21st Mar 2018 12:36

I rather like the sign " No loading at any time".... is this a reference to KPMG fees ????????

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paddle steamer
19th Mar 2018 20:50

"According to the Financial Times, FRC’s chief executive Stephen Haddrill has already made a case to the CMA for "audit only" firms to increase competition in the market, which would force the Big Four to divorce their audit arms into separate businesses."

Surely that is really just can kicking, unless new entrants somehow brought into the market there are still just four, for that to change it surely requires a mentality shift from audit committees re who they will use and acceptance of that choice by shareholders and other stakeholders.

I think independence is weakened by cross selling but that is a slightly different concern to the closed shop re choice issue that only four firms cause.

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By jon_griffey
20th Mar 2018 09:46

Surely introducing more competition means that margins are tighter for firms and so more corners are cut and it is harder for an auditor to stand up to the client if they can easily move elsewhere.

It still doesn't address the elephant in the room - that the audit firm has a fundamental conflict of interest. The reality is that auditors are appointed by and their fee agreed by the directors, and if they displease the directors then they lose the job. Shareholders do not have any real say.

It's like the judge and jury being appointed and paid by the defendant.

Do we need a system where the auditor is appointed from a panel by the State and so the directors can't sack them?

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By ireallyshouldknowthisbut
20th Mar 2018 18:18

As an ex auditor, the whole set up stinks quite frankly.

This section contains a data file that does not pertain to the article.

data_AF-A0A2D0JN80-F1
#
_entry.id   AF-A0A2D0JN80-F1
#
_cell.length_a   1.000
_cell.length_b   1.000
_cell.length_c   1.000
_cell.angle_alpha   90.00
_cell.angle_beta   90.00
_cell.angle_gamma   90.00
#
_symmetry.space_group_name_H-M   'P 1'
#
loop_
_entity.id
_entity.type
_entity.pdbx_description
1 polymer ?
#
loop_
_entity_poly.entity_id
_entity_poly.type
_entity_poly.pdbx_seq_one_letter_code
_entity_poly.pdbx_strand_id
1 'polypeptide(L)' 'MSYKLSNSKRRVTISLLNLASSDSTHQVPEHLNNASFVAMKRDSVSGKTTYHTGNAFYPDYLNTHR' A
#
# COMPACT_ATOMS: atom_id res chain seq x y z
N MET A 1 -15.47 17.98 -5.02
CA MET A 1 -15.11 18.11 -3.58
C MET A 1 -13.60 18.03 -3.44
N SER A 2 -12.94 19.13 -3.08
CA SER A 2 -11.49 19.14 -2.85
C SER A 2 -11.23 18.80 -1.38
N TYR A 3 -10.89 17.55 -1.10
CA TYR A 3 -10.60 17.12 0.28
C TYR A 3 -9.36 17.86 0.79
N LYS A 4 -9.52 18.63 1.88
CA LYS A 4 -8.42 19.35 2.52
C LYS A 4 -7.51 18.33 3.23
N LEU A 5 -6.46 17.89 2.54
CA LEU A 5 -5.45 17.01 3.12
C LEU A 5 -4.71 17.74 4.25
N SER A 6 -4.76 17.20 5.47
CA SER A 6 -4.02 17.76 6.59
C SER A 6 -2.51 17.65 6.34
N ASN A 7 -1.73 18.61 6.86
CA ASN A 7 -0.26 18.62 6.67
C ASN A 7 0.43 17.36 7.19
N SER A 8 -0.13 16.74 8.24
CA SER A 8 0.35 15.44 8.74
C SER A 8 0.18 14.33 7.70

its a very hard "so what do we do from here?" but I think the answer has to start at divorcing audit from "other work". Then you may then have to force those 'audit only' firms to split in two. It will take maybe 5 years for the old other halves to actually be separate and you have 8 'old' firms plus the next tier and you actually have a market place rather than an oligopoly.

Then once there, you can maybe go down Jon's route of proper independence with panel appointment for companies, with firms missing out on new appointments for (say) 6 months if they have a scandal so putting some real financial pain on not finding stuff, rather than the current incentive to just not look too hard.

The trouble is the only advisors government has is the very advisory that have a vested interest in it not happening.

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By chatman
21st Mar 2018 10:24

Why not just get all audits done by the NAO?

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By moneymanager
21st Mar 2018 10:36

Insolvencies are distributed on a "merry go round" basis, aside from the markedly less than perfect practice in that market why couldn't audits be rotated on a strict time limited basis? Medicean Florence had that principle in it's Gonfaloniere di Giustizia only holding a position for six months to prevent fear, favour, and maladministration.

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Replying to moneymanager:
By chatman
21st Mar 2018 10:43

Because audit firms who did other work would still not want to jeopardise their chances of getting other lucrative work by qualifying the audit report.